Lecture 05 - - Understanding Operating Systems Sixth...

Info iconThis preview shows pages 1–10. Sign up to view the full content.

View Full Document Right Arrow Icon
Understanding Operating Systems Sixth Edition Chapter 5 Process Management
Background image of page 1

Info iconThis preview has intentionally blurred sections. Sign up to view the full version.

View Full DocumentRight Arrow Icon
Understanding Operating Systems, Sixth Edition Learning Objectives After completing this chapter, you should be able to describe: Several causes of system deadlock and livelock The difference between preventing and avoiding deadlocks How to detect and recover from deadlocks 2
Background image of page 2
Understanding Operating Systems, Sixth Edition Learning Objectives (cont’d.) The concept of process starvation and how to detect and recover from it The concept of a race and how to prevent it The difference between deadlock, starvation, and race 3
Background image of page 3

Info iconThis preview has intentionally blurred sections. Sign up to view the full version.

View Full DocumentRight Arrow Icon
Understanding Operating Systems, Sixth Edition Deadlock In early OS, deadlock was known by the more descriptive phrase - “deadly embrace”. Happens when the system freezes. A system-wide tangle of resource requests that begins when two or more jobs are put on HOLD, each waiting for a vital resource to become available. The problem builds when the resources needed by those jobs are the resources held by other jobs that are also waiting to run but cannot because they’re waiting for other unavailable resources. The tangled jobs come to a standstill. 4
Background image of page 4
Understanding Operating Systems, Sixth Edition Deadlock (cont’d) The deadlock is complete if the remainder of the system comes to a standstill as well. When the situation can’t be resolved by the OS, intervention is required. Deadlock affects more than one job. Because resources are being tied up, the entire system, not just a few programs, is affected. Deadlocks became prevalent with the introduction of interactive systems, which generally improve the use of resources through dynamic resource sharing, but this capability also increases the possibility of deadlocks. 5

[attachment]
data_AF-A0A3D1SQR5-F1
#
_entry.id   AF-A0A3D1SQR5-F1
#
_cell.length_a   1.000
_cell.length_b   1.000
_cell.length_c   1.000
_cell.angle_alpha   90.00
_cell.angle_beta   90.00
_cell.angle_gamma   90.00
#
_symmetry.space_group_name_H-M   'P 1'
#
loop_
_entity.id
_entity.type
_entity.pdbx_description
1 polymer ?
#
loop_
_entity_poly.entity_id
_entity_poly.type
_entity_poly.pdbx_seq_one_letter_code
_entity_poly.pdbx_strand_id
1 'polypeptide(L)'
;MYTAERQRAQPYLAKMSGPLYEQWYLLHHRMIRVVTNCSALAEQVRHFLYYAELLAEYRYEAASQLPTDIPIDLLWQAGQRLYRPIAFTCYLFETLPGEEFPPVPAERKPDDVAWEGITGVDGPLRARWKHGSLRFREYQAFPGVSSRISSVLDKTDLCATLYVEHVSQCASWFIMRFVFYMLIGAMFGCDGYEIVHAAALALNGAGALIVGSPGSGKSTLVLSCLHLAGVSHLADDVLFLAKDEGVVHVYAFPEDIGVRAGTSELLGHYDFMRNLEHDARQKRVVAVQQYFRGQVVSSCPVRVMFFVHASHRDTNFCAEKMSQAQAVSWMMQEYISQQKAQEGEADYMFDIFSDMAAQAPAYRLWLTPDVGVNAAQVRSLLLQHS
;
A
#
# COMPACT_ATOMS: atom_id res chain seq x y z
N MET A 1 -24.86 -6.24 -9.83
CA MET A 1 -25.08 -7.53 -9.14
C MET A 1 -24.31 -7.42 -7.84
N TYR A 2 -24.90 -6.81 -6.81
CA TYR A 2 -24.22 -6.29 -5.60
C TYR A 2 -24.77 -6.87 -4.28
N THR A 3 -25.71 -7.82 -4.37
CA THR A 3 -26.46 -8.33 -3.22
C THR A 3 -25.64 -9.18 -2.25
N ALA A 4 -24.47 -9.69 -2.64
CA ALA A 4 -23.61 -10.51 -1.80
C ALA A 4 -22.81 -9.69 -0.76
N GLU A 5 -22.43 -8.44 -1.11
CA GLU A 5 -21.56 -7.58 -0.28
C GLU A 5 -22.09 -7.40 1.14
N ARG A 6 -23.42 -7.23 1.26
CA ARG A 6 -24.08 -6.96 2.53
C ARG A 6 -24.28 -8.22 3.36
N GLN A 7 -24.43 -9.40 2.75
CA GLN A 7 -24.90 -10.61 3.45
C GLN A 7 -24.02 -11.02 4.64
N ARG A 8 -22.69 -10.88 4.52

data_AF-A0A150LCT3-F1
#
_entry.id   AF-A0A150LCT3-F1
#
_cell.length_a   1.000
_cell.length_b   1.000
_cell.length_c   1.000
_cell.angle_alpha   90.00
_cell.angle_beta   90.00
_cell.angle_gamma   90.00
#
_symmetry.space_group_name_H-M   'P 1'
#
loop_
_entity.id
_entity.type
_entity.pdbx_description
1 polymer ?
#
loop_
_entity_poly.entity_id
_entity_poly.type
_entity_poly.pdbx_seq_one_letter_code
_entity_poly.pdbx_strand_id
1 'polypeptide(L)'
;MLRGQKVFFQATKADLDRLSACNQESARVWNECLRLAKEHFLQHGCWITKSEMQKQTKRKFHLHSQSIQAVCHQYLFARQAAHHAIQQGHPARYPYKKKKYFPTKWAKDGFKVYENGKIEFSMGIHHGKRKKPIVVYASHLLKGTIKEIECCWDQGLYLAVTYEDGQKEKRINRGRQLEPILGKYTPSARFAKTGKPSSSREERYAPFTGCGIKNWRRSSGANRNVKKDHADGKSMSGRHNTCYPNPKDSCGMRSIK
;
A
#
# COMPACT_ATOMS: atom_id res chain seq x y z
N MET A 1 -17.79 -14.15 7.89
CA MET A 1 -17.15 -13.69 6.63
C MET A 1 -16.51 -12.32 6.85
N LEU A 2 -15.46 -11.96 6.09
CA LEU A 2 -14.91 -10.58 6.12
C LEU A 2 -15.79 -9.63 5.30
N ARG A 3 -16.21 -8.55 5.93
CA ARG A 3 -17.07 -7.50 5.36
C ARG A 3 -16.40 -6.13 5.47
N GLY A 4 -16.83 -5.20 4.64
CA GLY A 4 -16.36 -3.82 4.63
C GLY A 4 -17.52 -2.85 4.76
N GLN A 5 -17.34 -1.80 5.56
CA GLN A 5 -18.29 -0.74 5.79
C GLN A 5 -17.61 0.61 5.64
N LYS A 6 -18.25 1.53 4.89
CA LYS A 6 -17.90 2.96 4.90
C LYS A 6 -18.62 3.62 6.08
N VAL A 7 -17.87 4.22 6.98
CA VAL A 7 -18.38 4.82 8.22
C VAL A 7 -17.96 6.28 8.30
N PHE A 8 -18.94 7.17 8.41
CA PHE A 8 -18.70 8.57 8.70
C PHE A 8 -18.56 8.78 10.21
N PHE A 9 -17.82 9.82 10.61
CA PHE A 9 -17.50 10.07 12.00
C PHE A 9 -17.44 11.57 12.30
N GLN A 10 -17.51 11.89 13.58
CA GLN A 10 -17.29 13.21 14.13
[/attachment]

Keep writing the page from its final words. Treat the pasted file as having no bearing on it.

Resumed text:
Background image of page 5

Info iconThis preview has intentionally blurred sections. Sign up to view the full version.

View Full DocumentRight Arrow Icon
Understanding Operating Systems, Sixth Edition Deadlock (cont'd.) 6
Background image of page 6
Understanding Operating Systems, Sixth Edition Deadlock (cont'd.) In some computer systems, deadlocks are regarded as a mere inconvenience that causes delays. But for real-time systems, deadlocks cause critical situations. Regardless of the environment, the OS must either prevent deadlocks or resolve them when they happen. 7
Background image of page 7

Info iconThis preview has intentionally blurred sections. Sign up to view the full version.

View Full DocumentRight Arrow Icon
Understanding Operating Systems, Sixth Edition Seven Cases of Deadlock A deadlock usually occurs when nonshareable, nonpreemptable resources, such as files, printers or scanners are allocated to jobs that eventually require other nonshareable nonpreemptive, resources that have been locked by other jobs. Deadlocks can also occur on shareable resources that are locked, such as disks and databases. 8
Background image of page 8
Understanding Operating Systems, Sixth Edition Case 1: Deadlocks on File Requests If jobs are allowed to request and hold files for the duration of their execution, a deadlock can occur. Example (Figure 5.2)
Background image of page 9

Info iconThis preview has intentionally blurred sections. Sign up to view the full version.

View Full DocumentRight Arrow Icon
Image of page 10
This is the end of the preview. Sign up to access the rest of the document.

This note was uploaded on 10/15/2011 for the course COMP 1210 taught by Professor M.izzo during the Spring '11 term at Community college of RI.

Page1 / 82

Lecture 05 - - Understanding Operating Systems Sixth...

This preview shows document pages 1 - 10. Sign up to view the full document.

View Full Document Right Arrow Icon
Ask a homework question - tutors are online